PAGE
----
BANGKOK (Reuters) - A prominent Thai intellectual has been accused of insulting a medieval king, a government spokesman said on Monday, and faces up to 15 years' jail if convicted.
Thailand has a strict lese majeste law which makes it a crime to defame, insult or threaten the king, queen, heir to the throne or regent. The law does not apply to past or deceased monarchs but is often loosely interpreted for political ends.
Two retired army officers filed a complaint against veteran social campaigner Sulak Sivaraksa, 82, over remarks he made at a seminar on Oct. 12 including comments about King Naresuan the Great, a national hero who died in 1605.
If convicted, Sulak could be jailed for up to 15 years. "Police received a complaint filed by two retired soldiers against professor Sulak," said government spokesman Yongyuth Mayalarp.
Mr Sulak, one of Thailand's most prominent scholars and social activists, has been the target of several lese-majeste complaints since the 1980s.
He was not available for comment.
Thailand's army seized power in a May 22 coup saying it needed to restore order after months of street protests that helped overthrow an elected government. Mr Prayuth Chan-ocha, the former army chief who led the coup and was appointed prime minister in August, is a self-proclaimed royalist and has vowed to root out critics of the monarchy.
Mr David Streckfuss, a Thailand-based scholar who monitors lese majeste laws, said the complaint against Mr Sulak was symptomatic of attitudes to the royal insult law under a junta, known as the National Council for Peace and Order (NCPO), that has been pursuing such cases with zeal.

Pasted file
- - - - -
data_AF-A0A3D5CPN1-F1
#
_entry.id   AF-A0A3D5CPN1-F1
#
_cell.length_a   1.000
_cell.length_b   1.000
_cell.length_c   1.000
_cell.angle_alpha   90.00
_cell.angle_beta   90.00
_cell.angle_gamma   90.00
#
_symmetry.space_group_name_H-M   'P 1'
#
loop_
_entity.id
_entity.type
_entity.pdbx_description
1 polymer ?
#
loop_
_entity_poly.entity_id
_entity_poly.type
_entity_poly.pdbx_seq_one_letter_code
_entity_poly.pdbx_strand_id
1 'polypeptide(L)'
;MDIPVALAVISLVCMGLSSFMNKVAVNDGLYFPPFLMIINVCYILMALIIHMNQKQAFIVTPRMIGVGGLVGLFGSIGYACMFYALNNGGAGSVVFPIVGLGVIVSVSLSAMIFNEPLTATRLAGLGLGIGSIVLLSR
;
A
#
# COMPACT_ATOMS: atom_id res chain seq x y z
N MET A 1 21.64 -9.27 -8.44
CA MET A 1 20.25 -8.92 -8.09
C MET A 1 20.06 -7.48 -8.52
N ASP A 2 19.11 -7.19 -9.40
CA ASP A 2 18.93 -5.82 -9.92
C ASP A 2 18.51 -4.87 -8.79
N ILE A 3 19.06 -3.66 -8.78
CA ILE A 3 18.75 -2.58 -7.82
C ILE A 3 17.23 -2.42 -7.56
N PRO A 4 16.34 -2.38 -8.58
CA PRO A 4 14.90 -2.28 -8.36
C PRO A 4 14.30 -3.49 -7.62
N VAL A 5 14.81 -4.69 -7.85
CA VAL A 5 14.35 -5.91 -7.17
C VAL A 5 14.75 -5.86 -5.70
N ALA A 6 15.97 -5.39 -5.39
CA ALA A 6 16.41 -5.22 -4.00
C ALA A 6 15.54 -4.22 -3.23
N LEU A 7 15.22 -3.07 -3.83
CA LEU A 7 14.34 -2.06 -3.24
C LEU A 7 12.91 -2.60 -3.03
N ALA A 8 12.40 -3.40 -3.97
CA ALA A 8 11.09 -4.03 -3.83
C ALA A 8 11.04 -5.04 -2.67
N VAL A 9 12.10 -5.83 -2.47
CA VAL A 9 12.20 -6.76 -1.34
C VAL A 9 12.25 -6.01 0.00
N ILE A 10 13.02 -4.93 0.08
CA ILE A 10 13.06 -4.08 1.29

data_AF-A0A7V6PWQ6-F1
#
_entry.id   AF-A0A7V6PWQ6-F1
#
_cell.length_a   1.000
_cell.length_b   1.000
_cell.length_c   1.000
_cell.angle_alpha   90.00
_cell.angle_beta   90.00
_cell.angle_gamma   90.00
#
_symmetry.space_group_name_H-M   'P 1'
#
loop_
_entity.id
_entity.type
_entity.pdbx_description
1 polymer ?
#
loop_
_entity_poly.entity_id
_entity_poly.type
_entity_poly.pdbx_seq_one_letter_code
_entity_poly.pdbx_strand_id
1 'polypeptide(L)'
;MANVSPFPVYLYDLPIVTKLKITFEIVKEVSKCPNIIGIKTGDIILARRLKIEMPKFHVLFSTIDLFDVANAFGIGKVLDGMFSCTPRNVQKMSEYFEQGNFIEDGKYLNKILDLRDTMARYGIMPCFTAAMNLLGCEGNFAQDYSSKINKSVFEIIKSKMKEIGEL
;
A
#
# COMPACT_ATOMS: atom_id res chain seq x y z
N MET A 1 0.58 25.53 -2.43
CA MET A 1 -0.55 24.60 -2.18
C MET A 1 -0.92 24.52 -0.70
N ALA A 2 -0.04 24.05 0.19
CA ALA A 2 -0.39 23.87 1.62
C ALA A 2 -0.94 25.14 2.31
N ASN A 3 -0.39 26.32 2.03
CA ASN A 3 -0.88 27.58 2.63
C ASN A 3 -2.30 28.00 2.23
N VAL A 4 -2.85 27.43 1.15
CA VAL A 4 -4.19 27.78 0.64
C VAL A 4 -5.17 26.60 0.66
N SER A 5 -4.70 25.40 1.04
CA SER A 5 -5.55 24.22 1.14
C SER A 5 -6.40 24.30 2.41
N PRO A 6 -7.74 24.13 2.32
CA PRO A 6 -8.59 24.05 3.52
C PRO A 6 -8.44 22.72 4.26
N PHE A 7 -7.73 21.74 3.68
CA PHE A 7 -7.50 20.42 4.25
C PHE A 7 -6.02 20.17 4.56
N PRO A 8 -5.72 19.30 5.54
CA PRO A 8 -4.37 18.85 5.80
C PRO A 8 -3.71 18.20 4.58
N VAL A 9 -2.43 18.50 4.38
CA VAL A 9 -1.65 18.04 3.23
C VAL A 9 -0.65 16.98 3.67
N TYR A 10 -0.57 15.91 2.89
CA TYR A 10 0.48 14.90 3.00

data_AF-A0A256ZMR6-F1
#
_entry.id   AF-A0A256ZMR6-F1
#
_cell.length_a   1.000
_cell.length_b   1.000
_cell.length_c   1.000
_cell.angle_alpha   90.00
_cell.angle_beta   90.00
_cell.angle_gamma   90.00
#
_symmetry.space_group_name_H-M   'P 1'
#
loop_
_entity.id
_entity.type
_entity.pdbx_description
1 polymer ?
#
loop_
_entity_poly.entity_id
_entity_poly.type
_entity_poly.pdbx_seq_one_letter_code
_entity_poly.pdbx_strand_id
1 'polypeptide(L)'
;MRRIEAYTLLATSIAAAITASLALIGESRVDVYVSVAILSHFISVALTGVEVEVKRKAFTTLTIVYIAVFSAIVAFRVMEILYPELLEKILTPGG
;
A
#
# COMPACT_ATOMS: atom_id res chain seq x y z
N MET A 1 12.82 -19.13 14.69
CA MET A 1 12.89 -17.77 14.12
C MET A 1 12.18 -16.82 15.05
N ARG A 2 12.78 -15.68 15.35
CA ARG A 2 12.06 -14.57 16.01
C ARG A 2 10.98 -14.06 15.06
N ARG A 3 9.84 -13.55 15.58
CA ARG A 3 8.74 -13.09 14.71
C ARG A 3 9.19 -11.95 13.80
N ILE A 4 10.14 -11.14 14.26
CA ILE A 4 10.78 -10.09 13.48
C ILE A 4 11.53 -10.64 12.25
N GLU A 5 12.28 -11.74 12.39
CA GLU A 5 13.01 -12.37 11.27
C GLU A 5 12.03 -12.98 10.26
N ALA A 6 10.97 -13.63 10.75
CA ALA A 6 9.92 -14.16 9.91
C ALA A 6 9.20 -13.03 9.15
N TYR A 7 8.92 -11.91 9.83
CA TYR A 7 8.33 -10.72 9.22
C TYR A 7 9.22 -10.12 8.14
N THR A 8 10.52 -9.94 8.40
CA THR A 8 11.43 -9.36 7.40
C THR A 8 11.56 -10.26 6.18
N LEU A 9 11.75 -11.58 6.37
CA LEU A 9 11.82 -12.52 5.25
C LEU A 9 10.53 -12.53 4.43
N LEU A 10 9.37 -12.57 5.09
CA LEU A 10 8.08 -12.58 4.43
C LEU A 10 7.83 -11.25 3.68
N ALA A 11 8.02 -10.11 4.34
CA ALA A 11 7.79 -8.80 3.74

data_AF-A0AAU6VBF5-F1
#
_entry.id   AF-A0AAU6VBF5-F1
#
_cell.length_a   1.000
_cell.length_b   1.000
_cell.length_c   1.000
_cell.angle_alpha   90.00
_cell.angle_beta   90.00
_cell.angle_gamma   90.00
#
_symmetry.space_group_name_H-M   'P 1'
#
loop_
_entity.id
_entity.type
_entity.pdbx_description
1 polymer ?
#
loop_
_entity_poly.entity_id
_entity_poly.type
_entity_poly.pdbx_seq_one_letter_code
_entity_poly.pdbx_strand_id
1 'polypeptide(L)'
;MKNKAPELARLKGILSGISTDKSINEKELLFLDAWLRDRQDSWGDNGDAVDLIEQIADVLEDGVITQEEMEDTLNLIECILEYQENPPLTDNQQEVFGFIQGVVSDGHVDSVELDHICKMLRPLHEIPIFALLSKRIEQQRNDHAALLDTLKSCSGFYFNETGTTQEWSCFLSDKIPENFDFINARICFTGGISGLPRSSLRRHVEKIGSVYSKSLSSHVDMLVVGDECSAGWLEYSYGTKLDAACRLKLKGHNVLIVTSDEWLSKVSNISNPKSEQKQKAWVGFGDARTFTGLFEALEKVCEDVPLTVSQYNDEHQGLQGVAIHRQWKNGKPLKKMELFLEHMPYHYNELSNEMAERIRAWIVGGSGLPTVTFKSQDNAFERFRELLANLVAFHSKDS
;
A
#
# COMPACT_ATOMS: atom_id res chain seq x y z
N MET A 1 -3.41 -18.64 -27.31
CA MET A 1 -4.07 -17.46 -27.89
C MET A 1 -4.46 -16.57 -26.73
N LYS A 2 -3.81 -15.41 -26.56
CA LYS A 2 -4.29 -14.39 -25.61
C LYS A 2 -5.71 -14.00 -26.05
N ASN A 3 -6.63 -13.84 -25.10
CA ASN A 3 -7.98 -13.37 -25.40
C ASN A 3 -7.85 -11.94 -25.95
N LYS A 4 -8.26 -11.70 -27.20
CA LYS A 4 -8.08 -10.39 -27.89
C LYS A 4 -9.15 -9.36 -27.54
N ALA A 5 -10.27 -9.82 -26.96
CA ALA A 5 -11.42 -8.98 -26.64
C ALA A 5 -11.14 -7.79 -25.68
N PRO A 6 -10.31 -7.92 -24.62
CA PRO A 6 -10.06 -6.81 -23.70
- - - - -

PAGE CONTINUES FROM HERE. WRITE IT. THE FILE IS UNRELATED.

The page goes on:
"The junta has made it clear from the beginning that it means to pursue alleged violations of lese majeste with extra vigour. And it has," said Mr Streckfuss. "Cases that would have been shelved under the previous government are being fast-tracked into military courts."
King Naresuan is known in Thailand for his drive to end the domination of invaders from neighbouring Burma during his 1590 to 1605 rule. He has been portrayed in a series of blockbuster Thai films.
In 1984, Mr Sulak, a self-proclaimed royalist but one who has publicly said that the monarchy should be subject to scrutiny, was arrested and charged with insulting King Bhumibol Adulyadej. The case was later withdrawn following international pressure.
The authorities have launched more than a dozen lese majeste prosecutions since the junta took power - including one against a Bangkok taxi-driver who was sentenced to two years and six months in jail over remarks about social inequality he made to a passenger.
Last year, the Supreme Court sentenced a man to two years in prison over a comment he made in 2005 about King Mongkut, known outside Thailand as the king in the play and film The King And I, based on a 1944 novel about British teacher Anna Leonowens and her time as a governess at the Siamese court in the early 1860s.
Mr Streckfuss said the case against Mr Sulak had implications for how the government handled complaints of royal insult. "The case is alarming for it moves the goal post back even further into history," he said.